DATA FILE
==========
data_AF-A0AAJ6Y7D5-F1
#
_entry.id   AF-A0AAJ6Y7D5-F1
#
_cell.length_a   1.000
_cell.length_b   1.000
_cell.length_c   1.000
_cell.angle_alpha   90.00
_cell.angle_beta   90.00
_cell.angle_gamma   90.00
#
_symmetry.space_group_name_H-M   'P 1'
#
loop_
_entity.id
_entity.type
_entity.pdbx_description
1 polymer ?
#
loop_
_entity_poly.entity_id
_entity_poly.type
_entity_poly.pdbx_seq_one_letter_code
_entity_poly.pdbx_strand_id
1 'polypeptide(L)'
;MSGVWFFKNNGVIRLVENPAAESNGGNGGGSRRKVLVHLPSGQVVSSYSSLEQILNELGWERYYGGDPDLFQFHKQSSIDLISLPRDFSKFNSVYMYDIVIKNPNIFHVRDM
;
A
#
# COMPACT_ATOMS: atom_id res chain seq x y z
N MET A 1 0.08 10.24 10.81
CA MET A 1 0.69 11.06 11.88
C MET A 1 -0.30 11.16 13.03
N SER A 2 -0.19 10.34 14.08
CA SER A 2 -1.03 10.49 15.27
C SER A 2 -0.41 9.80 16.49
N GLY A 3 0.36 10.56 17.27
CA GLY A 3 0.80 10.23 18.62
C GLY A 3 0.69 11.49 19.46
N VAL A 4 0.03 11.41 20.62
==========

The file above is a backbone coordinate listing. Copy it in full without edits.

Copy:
data_AF-A0AAJ6Y7D5-F1
#
_entry.id   AF-A0AAJ6Y7D5-F1
#
_cell.length_a   1.000
_cell.length_b   1.000
_cell.length_c   1.000
_cell.angle_alpha   90.00
_cell.angle_beta   90.00
_cell.angle_gamma   90.00
#
_symmetry.space_group_name_H-M   'P 1'
#
loop_
_entity.id
_entity.type
_entity.pdbx_description
1 polymer ?
#
loop_
_entity_poly.entity_id
_entity_poly.type
_entity_poly.pdbx_seq_one_letter_code
_entity_poly.pdbx_strand_id
1 'polypeptide(L)'
;MSGVWFFKNNGVIRLVENPAAESNGGNGGGSRRKVLVHLPSGQVVSSYSSLEQILNELGWERYYGGDPDLFQFHKQSSIDLISLPRDFSKFNSVYMYDIVIKNPNIFHVRDM
;
A
#
# COMPACT_ATOMS: atom_id res chain seq x y z
N MET A 1 0.08 10.24 10.81
CA MET A 1 0.69 11.06 11.88
C MET A 1 -0.30 11.16 13.03
N SER A 2 -0.19 10.34 14.08
CA SER A 2 -1.03 10.49 15.27
C SER A 2 -0.41 9.80 16.49
N GLY A 3 0.36 10.56 17.27
CA GLY A 3 0.80 10.23 18.62
C GLY A 3 0.69 11.49 19.46
N VAL A 4 0.03 11.41 20.62